July 11, 2016

Shooting Death of Popular Activist Roils Cambodia

Slain activist Kem Ley’s body lies in the Buddhist temple Watt Bodhiyarame in the Cambodin capital Phnom Penh, on July 10, 2016.RFA

2016-07-10 RFA

Cambodian civil society expressed shock on Sunday at the shooting death of an activist and critic of Prime Minister Hun Sen’s government, a killing that came amid months of political tensions as the country faces elections next year.

Kem Ley, 46, researcher and leader of the advocacy group Khmer for Khmer was shot two times in a store at a gas station in the capital Phnom Penh, police said a statement.

Reuters news agency quoted Eng Hy, a spokesman for the National Military Police, as saying “Kem Ley was shot dead” and the agency quoted a Cambodian Interior Ministry statement as saying a 38-year old suspect has been arrested, and has admitted to killing Kem Ley in a dispute over money.

Hun Sen took to social media to condemn the slaying and order an investigation.

"I pay my condolences over the death of Kem Ley, who was shot by a gunman," Hun Sen said on his Facebook page. "I condemn this brutal act.

Ou Virak, founder of the NGO “Future Forum,” said Cambodia has lost “a hero in the hearts of all Khmer. “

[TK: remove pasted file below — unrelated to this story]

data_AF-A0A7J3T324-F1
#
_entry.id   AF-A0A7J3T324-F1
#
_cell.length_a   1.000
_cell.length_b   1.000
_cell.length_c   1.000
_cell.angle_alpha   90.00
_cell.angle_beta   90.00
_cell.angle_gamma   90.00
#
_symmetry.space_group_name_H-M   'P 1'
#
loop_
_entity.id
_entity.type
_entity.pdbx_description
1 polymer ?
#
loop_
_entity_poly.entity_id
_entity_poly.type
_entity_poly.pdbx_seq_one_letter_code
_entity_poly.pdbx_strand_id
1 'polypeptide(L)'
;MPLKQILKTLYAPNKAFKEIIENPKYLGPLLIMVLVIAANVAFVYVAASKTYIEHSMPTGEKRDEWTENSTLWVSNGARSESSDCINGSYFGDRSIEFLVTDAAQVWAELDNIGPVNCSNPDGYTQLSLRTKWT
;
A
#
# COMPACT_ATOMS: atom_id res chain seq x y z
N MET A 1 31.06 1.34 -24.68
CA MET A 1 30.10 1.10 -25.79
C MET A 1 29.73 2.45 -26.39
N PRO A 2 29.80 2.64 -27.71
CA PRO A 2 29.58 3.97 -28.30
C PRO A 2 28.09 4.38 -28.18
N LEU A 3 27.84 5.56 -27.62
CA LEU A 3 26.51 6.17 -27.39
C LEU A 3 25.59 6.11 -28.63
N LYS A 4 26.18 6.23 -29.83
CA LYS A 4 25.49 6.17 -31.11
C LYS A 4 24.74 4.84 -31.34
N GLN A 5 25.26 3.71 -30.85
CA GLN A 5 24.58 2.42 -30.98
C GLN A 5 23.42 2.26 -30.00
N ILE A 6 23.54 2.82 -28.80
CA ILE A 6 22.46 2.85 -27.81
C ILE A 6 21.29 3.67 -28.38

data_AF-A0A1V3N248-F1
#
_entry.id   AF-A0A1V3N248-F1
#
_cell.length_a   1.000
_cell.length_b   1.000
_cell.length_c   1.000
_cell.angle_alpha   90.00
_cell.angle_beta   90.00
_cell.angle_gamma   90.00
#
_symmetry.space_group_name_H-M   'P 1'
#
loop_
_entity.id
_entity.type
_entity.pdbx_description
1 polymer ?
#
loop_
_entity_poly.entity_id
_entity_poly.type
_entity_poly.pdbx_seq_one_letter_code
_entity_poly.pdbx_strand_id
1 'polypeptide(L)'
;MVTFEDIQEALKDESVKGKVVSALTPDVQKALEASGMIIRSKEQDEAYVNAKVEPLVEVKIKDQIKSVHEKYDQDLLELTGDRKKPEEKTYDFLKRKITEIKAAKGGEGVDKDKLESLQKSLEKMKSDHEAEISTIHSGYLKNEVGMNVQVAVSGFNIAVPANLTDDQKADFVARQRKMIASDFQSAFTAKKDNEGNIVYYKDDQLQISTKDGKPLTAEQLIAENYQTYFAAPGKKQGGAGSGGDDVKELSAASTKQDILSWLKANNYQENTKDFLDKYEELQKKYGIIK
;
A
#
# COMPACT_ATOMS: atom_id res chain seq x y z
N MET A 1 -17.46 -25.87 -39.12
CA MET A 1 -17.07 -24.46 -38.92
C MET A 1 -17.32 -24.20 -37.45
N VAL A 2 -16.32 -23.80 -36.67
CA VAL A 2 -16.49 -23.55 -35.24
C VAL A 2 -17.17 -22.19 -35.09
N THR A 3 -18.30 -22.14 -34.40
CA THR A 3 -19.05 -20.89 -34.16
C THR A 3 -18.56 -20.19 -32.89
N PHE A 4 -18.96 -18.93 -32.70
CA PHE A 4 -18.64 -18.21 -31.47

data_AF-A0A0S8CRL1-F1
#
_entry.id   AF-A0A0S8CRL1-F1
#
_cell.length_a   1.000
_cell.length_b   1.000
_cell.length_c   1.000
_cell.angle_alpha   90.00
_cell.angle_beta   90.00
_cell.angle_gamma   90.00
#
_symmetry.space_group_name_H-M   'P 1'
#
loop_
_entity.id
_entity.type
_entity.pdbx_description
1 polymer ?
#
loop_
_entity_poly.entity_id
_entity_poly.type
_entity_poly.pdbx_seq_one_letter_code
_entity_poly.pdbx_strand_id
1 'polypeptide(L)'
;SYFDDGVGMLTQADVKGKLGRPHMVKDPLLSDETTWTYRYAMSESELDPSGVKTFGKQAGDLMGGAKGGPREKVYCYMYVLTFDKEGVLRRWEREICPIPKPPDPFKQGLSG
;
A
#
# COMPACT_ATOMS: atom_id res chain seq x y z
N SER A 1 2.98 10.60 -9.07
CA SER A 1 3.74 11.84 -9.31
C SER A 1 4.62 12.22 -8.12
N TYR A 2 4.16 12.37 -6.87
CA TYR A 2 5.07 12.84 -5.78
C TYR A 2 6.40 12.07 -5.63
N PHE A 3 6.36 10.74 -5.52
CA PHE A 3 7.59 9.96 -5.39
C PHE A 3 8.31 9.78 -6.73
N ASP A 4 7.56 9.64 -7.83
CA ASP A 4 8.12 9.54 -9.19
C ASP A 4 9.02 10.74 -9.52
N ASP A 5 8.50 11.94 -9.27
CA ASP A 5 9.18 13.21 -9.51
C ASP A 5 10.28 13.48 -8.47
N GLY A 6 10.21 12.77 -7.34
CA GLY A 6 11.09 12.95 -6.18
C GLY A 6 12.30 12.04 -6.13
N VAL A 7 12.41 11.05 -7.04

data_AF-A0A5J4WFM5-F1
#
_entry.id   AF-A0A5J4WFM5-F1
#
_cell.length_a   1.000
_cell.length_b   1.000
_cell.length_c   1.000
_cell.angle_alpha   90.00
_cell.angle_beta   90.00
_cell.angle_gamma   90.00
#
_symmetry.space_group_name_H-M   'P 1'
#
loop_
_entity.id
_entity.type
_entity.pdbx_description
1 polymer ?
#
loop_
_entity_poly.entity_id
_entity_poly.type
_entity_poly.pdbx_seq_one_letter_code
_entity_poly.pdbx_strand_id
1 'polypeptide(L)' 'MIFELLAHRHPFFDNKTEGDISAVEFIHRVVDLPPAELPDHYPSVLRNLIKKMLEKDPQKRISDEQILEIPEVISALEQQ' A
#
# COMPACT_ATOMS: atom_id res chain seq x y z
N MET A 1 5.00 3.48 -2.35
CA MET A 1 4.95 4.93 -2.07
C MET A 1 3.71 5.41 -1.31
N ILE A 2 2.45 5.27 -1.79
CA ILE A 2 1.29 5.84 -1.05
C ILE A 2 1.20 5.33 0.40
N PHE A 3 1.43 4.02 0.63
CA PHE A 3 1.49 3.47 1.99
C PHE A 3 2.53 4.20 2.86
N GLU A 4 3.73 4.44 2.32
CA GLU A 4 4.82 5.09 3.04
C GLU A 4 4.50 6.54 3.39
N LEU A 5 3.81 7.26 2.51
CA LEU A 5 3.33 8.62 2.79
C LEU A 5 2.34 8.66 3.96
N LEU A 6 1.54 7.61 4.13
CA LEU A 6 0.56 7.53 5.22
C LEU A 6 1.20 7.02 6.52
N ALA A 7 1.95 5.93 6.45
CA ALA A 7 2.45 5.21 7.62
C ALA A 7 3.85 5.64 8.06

“We lost a good human being who has participated in social and political activities to push Cambodia to move forward,” he told RFA’s Khmer Service.

An official of the domestic human rights group LICADHO, Am Sam Ath, told RFA that his and other watchdog groups demand that the government handle the investigation carefully.

“We of civil society insist that authorities investigate the motive of this shooting death properly to dispel suspicion that the killing of Kem Ley is political,” he said.

Official account doubted

The executive director of  the Cambodian Commission on Human Rights, Chak Sopheap, called on civil society to step up activism an not be cowed by the killing of Kem Ley.

“I hope that all the citizens will continue participating in social-political activities despite what has happened,” she said. “It is only our participation to ensure that Cambodia can develop human rights and democracy.”

Political tension between long-ruling strongman Hun Sen’s Cambodian People’s Party and the opposition Cambodia National Rescue Party (CNRP) has been intensifying this year as the parties prepare to contest local elections in 2017 and a general election in 2018.

Reuters quoted Kem Ley's pregnant wife, Pou Rachana, as saying “I don't know what happened, somebody just called me and said that he's shot," Pou Rachana told Reuters.

Thousands of supporters followed a procession taking Kem Ley’s body to a Buddhist pagoda in Phnom Penh, where his coffin was covered with flowers and fruit.

University student Kem Kim from Kampong Cham province told RFA he did not accept the police account of the killing.

“I want to find justice for him and find the real murderer.  I do not believe that he owed other people money.  I don’t believe it,” he said as he fought back tears.

A widely quoted analyst, Kem Ley has appeared on a RFA Khmer Service call-in show to discuss a report by the London-based NGO Global Witness documenting how Hun Sen and his family had amassed a $200 million fortune. The Hun family dismissed the report.

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